The bottom line is simple here. Relationship with Christ is about intimacy. Facebook and its ilk can either be an aid to intimacy or it can prevent it. We need to train our kinds how to use it to build intimacy.

But that will require us to learn intimacy ourselves, and that is intimidating. Just another thing to lay at God's feet.

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Illuminated Scripture

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Wednesday, February 10, 2010


Be A Priest

Mark Daniels reminds us that we are all priests. He then goes on to proclaim three attributes of priesthood:

Mark is right on all accounts, but I prefer to look at it in much bolder terms. A priest is an agent of the Almighty, and traditionally for a specific purpose - to offer sacrifice. Says the Bible Dictionary:

The Heb. kohen, Gr. hierus, Lat. sacerdos, always denote one who offers sacrifices.
The priestly office which Christ has given to us all is a sacrificial office.

So what do we sacrifice? Why ourselves, of course. What we are to do is to lay ourselves at Christ's feet and allow Him to use us in whatever way He sees fit.

Have you ever thought about what it takes for the Creator and Sustainer of the universe to do all that has to be done? He chooses to use us as His tools in that effort. Whether it be to help another enter into His presence, or to maintain the gardens in front of the palace, it is a priestly office becasue we sacrifice ourselves to His will.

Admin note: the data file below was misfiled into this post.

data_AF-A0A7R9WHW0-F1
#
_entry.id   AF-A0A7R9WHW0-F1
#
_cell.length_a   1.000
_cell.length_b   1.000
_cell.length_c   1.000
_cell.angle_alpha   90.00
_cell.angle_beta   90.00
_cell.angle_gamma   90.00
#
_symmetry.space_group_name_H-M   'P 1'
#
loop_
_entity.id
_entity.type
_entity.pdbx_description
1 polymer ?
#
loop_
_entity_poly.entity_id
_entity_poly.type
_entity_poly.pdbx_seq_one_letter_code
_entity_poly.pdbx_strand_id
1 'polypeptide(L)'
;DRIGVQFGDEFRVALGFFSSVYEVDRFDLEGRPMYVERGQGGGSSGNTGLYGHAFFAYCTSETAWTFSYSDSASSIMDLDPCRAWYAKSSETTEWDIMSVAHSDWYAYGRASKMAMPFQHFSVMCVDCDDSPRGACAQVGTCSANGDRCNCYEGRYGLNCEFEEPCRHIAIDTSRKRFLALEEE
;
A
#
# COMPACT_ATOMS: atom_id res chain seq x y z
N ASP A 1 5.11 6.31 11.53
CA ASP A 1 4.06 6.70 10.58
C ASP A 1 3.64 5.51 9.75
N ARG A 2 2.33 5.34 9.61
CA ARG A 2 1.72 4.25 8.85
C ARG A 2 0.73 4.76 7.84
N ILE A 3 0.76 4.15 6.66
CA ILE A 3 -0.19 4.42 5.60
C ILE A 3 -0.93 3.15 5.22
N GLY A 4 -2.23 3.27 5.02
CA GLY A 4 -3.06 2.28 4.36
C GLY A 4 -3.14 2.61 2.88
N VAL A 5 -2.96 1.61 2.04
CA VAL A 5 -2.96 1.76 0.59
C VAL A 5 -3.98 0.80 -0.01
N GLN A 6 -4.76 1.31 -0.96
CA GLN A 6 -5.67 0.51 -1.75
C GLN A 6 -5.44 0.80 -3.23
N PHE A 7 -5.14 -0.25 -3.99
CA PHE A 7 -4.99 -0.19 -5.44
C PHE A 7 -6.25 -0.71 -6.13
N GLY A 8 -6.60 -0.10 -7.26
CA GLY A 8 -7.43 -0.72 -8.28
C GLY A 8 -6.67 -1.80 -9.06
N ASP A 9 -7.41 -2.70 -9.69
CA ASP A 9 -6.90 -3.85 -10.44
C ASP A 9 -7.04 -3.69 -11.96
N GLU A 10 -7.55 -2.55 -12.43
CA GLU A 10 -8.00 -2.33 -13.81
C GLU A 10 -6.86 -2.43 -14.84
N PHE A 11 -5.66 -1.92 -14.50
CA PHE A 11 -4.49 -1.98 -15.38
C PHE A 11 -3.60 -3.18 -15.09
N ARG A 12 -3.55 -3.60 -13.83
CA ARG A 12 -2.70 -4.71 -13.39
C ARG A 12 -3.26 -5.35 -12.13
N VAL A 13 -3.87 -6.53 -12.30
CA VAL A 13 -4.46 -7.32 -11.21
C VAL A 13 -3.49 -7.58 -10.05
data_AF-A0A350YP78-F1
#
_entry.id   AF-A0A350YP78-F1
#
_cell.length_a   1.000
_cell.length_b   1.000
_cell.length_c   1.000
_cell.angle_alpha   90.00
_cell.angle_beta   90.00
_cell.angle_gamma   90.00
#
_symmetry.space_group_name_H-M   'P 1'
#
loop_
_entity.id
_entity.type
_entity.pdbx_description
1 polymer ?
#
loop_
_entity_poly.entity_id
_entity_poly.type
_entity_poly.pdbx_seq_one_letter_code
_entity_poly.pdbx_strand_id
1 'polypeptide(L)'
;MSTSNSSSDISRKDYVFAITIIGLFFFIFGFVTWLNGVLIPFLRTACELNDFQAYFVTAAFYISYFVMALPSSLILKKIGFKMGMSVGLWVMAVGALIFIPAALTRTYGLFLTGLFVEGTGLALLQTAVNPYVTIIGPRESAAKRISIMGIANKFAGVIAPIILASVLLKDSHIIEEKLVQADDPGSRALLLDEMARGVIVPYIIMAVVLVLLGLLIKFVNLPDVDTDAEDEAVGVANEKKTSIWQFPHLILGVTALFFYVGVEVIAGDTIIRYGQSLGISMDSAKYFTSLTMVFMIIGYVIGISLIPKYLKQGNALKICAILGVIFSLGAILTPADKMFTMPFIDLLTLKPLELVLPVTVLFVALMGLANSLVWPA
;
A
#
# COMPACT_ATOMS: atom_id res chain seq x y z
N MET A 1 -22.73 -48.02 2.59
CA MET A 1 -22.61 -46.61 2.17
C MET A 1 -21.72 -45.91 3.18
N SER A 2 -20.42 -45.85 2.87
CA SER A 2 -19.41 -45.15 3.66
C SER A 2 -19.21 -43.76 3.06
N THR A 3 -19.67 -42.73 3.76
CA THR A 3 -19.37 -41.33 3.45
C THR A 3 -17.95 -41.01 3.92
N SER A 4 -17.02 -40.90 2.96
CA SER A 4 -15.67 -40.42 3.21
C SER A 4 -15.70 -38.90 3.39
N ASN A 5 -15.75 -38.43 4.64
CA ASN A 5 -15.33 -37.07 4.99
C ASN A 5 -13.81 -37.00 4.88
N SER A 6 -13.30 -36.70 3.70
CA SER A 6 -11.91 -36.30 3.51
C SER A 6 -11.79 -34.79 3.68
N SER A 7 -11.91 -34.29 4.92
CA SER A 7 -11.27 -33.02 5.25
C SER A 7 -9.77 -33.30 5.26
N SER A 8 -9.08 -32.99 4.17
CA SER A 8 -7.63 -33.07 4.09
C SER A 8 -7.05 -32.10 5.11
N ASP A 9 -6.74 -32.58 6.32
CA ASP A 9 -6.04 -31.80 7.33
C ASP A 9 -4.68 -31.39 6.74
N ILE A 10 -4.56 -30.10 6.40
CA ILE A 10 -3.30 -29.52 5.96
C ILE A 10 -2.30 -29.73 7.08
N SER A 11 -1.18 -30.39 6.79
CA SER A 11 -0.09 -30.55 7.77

Consider Romans 12:1:
Therefore, I urge you, brothers, in view of God's mercy, to offer your bodies as living sacrifices, holy and pleasing to God—this is your spiritual act of worship.
In this passage, Paul calls us to a priestly act, and points out that such is an act of worship.

We are indeed a "royal priesthood," and such is s bold thing to be a part of. Making sacrifices is not for the timid.

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Tuesday, February 09, 2010


Professional Christianity

(ed note: The writing of this piece pre-dates Michael Spencer's horrible cancer diagnosis. In retrospect, it is easy to see it coming on the piece that underlies what is below. Please keep Michael in your prayers and if you have some spare change, hit his Paypal button.)

iMonk wrote on how tired he was in ministry complete with a discussion of spiritual warfare, and he used the poster at left here to illustrate. I am annoyed. Not because Spencer should not be tired or upset, but because we all should be.

Spiritual warfare is quite different than the earthly analog. We are all in the army and we all should be fighting equally as hard for the victory.